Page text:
Peptic Ulcer Disease
Glycopyrrolate is used as an adjunct in the treatment of peptic ulcer disease. Glycopyrrolate injection is used in patients with peptic ulcer disease when rapid antimuscarinic effect is desired or oral therapy is not tolerated. As with other antimuscarinics, there are no conclusive data from well-controlled studies which indicate that, in usually recommended dosage, glycopyrrolate aids in the healing, decreases the rate of recurrence, or prevents complications of peptic ulcers. In addition, in patients with gastric ulcer, antimuscarinics may delay gastric emptying and result in antral stasis. With the advent of more effective therapies for the treatment of peptic ulcer disease, antimuscarinics have only limited usefulness in this condition. Current epidemiologic and clinical evidence supports a strong association between gastric infection with Helicobacter pylori and the pathogenesis of duodenal and gastric ulcers, and the American College of Gastroenterology (ACG), the National Institutes of Health (NIH), and most clinicians currently recommend that all patients with initial or recurrent duodenal or gastric ulcer and documented H. pylori infection receive anti-infective therapy for treatment of the infection. For a more complete discussion of H. pylori infection, including details about the efficacy of various regimens and rationale for drug selection,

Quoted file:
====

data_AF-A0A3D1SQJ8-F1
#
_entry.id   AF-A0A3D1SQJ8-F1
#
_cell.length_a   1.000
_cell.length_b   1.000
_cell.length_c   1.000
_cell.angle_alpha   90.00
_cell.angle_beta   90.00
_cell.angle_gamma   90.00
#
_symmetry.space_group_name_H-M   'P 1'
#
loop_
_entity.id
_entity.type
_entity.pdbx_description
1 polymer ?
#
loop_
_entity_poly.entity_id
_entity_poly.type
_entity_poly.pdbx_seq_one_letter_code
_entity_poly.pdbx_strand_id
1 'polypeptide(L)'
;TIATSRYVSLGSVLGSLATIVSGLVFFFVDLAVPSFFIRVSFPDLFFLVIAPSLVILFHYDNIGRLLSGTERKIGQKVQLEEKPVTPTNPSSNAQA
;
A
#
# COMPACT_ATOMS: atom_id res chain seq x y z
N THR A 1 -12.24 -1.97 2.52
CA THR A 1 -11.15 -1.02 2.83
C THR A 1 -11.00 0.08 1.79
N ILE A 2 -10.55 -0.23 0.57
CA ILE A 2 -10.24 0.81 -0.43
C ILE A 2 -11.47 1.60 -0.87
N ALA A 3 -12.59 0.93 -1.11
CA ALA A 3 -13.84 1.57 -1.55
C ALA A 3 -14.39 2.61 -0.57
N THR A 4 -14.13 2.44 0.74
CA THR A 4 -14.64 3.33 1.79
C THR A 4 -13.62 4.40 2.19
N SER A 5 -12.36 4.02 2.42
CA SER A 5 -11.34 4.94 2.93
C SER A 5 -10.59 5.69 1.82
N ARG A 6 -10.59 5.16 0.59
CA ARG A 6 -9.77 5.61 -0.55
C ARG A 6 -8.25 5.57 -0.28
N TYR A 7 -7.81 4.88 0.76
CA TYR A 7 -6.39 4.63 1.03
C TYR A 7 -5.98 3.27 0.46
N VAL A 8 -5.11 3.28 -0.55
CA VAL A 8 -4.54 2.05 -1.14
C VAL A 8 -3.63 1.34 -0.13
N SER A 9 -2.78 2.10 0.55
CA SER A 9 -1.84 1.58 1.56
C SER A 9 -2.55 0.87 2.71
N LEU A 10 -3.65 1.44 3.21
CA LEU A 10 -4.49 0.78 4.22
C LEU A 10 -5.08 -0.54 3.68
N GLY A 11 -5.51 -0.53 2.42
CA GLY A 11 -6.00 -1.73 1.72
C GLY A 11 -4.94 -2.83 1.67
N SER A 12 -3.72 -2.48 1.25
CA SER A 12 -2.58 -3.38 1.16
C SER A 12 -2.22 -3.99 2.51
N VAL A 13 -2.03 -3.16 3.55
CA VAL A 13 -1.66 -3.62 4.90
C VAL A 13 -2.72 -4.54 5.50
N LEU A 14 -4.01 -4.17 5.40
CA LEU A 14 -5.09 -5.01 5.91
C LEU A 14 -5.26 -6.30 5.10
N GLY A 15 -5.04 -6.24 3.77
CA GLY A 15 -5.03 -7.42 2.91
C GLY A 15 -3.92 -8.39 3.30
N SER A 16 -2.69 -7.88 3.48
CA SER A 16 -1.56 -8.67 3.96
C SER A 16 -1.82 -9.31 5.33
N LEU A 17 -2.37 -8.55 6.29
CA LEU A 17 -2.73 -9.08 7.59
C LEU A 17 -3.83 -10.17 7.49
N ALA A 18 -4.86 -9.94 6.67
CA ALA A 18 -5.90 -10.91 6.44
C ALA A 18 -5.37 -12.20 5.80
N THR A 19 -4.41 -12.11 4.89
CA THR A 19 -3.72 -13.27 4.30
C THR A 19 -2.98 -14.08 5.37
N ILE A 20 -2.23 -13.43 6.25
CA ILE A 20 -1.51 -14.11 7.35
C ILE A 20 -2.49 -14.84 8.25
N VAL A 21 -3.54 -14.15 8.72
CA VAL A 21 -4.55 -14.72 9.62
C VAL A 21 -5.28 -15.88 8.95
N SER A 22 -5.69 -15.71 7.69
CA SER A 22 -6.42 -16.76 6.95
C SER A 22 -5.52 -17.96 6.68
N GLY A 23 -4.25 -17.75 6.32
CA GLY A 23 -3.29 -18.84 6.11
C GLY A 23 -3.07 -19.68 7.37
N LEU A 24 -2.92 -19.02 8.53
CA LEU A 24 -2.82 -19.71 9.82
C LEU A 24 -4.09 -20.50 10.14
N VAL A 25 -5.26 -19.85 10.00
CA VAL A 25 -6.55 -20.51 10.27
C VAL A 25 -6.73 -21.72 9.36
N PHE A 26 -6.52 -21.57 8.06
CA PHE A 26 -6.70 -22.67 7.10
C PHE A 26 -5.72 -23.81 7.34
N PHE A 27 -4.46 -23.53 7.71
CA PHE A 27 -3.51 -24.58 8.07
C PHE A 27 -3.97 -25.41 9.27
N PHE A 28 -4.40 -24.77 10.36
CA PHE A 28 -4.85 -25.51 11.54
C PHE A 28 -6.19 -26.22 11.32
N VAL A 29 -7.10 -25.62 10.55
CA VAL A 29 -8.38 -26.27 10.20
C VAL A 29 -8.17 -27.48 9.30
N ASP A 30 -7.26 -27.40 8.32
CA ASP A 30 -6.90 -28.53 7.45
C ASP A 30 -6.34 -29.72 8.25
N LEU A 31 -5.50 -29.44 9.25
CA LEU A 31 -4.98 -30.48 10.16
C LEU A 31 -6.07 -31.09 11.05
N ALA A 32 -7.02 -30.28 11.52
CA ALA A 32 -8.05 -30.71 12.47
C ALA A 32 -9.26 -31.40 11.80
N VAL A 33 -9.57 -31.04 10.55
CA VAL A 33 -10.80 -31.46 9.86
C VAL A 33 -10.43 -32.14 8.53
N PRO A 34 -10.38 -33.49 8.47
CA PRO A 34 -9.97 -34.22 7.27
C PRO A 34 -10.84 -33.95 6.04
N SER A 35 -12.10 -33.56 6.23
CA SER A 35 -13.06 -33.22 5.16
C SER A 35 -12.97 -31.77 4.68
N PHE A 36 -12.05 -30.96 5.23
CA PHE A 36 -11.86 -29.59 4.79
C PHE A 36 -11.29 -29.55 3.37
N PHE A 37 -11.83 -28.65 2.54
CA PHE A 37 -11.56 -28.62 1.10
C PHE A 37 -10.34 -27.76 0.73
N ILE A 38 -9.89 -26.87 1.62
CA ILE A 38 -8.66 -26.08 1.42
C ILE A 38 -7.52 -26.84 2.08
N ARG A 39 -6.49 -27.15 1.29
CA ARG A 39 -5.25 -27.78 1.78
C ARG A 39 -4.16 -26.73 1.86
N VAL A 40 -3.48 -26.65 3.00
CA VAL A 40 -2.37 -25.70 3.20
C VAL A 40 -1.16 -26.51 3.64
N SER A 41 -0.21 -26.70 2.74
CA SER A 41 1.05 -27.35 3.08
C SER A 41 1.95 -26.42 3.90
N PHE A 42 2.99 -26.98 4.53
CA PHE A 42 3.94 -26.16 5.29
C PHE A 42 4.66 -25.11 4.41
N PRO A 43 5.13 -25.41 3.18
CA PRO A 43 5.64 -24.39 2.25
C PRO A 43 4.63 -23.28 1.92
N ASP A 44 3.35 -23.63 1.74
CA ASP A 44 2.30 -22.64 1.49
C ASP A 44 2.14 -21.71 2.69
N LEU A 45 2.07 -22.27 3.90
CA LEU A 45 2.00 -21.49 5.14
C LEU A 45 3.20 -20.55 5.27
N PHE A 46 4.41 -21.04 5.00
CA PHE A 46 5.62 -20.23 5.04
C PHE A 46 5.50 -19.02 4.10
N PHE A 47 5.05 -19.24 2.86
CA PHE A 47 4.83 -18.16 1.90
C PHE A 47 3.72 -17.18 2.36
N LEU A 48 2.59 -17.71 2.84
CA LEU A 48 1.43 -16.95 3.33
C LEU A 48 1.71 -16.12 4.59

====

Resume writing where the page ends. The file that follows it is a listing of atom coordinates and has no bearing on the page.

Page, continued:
Glycopyrrolate injection has been used as a preoperative medication to inhibit salivation and excessive secretions of the respiratory tract; however, the current practice of using thiopental (no longer commercially available in the US), halothane, or similar general anesthetics that do not stimulate the production of salivary or tracheobronchial secretions has reduced the need to control excessive respiratory secretions during surgery. Although glycopyrrolate injection has been used prophylactically to prevent acid-aspiration pneumonitis during surgery, antimuscarinics, including glycopyrrolate, have not been shown to be effective for this use. Glycopyrrolate injection may be used to prevent cholinergic effects during surgery, such as cardiac arrhythmias, hypotension, and bradycardia, which may result from traction on viscera (with resultant vagal stimulation), stimulation of the carotid sinus, or administration of drugs (e.g., succinylcholine). Glycopyrrolate injection is administered concurrently with anticholinesterase agents (e.g., neostigmine, pyridostigmine) to block the adverse muscarinic effects of these latter agents when they are used after surgery to terminate curarization. Unlike atropine or hyoscyamine (tertiary amine antimuscarinics), glycopyrrolate (quaternary ammonium antimuscarinic) does not readily penetrate the CNS and therefore will not reverse the central effects of physostigmine. Because glycopyrrolate does not have appreciable CNS effects, it may be preferred in some patients. For further discussion on the use of glycopyrrolate injection in surgery, .